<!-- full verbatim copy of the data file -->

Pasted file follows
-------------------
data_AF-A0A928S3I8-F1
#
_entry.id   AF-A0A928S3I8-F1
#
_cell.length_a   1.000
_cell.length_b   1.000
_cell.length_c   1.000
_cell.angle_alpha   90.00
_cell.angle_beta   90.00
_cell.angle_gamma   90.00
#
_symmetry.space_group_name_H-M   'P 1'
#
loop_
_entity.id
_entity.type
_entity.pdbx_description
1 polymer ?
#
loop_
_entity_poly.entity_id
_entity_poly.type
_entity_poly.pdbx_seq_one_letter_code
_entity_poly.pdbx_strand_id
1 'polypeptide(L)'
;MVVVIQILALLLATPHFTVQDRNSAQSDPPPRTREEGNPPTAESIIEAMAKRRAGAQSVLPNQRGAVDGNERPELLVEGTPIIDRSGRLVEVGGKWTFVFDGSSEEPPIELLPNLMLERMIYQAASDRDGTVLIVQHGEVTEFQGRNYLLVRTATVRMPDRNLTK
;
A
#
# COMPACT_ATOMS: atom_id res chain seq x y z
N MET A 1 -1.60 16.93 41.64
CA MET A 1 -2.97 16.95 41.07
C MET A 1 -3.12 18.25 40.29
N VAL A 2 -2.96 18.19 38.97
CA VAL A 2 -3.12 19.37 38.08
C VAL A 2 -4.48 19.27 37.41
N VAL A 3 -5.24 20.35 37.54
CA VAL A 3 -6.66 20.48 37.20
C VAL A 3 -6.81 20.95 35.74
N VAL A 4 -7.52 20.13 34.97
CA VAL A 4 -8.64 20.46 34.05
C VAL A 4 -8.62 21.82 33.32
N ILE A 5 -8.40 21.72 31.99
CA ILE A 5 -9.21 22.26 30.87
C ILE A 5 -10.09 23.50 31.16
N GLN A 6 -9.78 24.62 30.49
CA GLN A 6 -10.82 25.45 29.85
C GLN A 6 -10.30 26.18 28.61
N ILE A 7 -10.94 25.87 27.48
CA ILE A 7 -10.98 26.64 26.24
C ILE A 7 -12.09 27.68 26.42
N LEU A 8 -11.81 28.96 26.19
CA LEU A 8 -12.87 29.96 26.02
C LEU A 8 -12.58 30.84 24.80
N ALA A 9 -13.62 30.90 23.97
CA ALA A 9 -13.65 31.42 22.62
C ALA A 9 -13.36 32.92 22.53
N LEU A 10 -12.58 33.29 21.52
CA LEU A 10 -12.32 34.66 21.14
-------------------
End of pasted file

data_AF-A0A928S3I8-F1
#
_entry.id   AF-A0A928S3I8-F1
#
_cell.length_a   1.000
_cell.length_b   1.000
_cell.length_c   1.000
_cell.angle_alpha   90.00
_cell.angle_beta   90.00
_cell.angle_gamma   90.00
#
_symmetry.space_group_name_H-M   'P 1'
#
loop_
_entity.id
_entity.type
_entity.pdbx_description
1 polymer ?
#
loop_
_entity_poly.entity_id
_entity_poly.type
_entity_poly.pdbx_seq_one_letter_code
_entity_poly.pdbx_strand_id
1 'polypeptide(L)'
;MVVVIQILALLLATPHFTVQDRNSAQSDPPPRTREEGNPPTAESIIEAMAKRRAGAQSVLPNQRGAVDGNERPELLVEGTPIIDRSGRLVEVGGKWTFVFDGSSEEPPIELLPNLMLERMIYQAASDRDGTVLIVQHGEVTEFQGRNYLLVRTATVRMPDRNLTK
;
A
#
# COMPACT_ATOMS: atom_id res chain seq x y z
N MET A 1 -1.60 16.93 41.64
CA MET A 1 -2.97 16.95 41.07
C MET A 1 -3.12 18.25 40.29
N VAL A 2 -2.96 18.19 38.97
CA VAL A 2 -3.12 19.37 38.08
C VAL A 2 -4.48 19.27 37.41
N VAL A 3 -5.24 20.35 37.54
CA VAL A 3 -6.66 20.48 37.20
C VAL A 3 -6.81 20.95 35.74
N VAL A 4 -7.52 20.13 34.97
CA VAL A 4 -8.64 20.46 34.05
C VAL A 4 -8.62 21.82 33.32
N ILE A 5 -8.40 21.72 31.99
CA ILE A 5 -9.21 22.26 30.87
C ILE A 5 -10.09 23.50 31.16
N GLN A 6 -9.78 24.62 30.49
CA GLN A 6 -10.82 25.45 29.85
C GLN A 6 -10.30 26.18 28.61
N ILE A 7 -10.94 25.87 27.48
CA ILE A 7 -10.98 26.64 26.24
C ILE A 7 -12.09 27.68 26.42
N LEU A 8 -11.81 28.96 26.19
CA LEU A 8 -12.87 29.96 26.02
C LEU A 8 -12.58 30.84 24.80
N ALA A 9 -13.62 30.90 23.97
CA ALA A 9 -13.65 31.42 22.62
C ALA A 9 -13.36 32.92 22.53
N LEU A 10 -12.58 33.29 21.52
CA LEU A 10 -12.32 34.66 21.14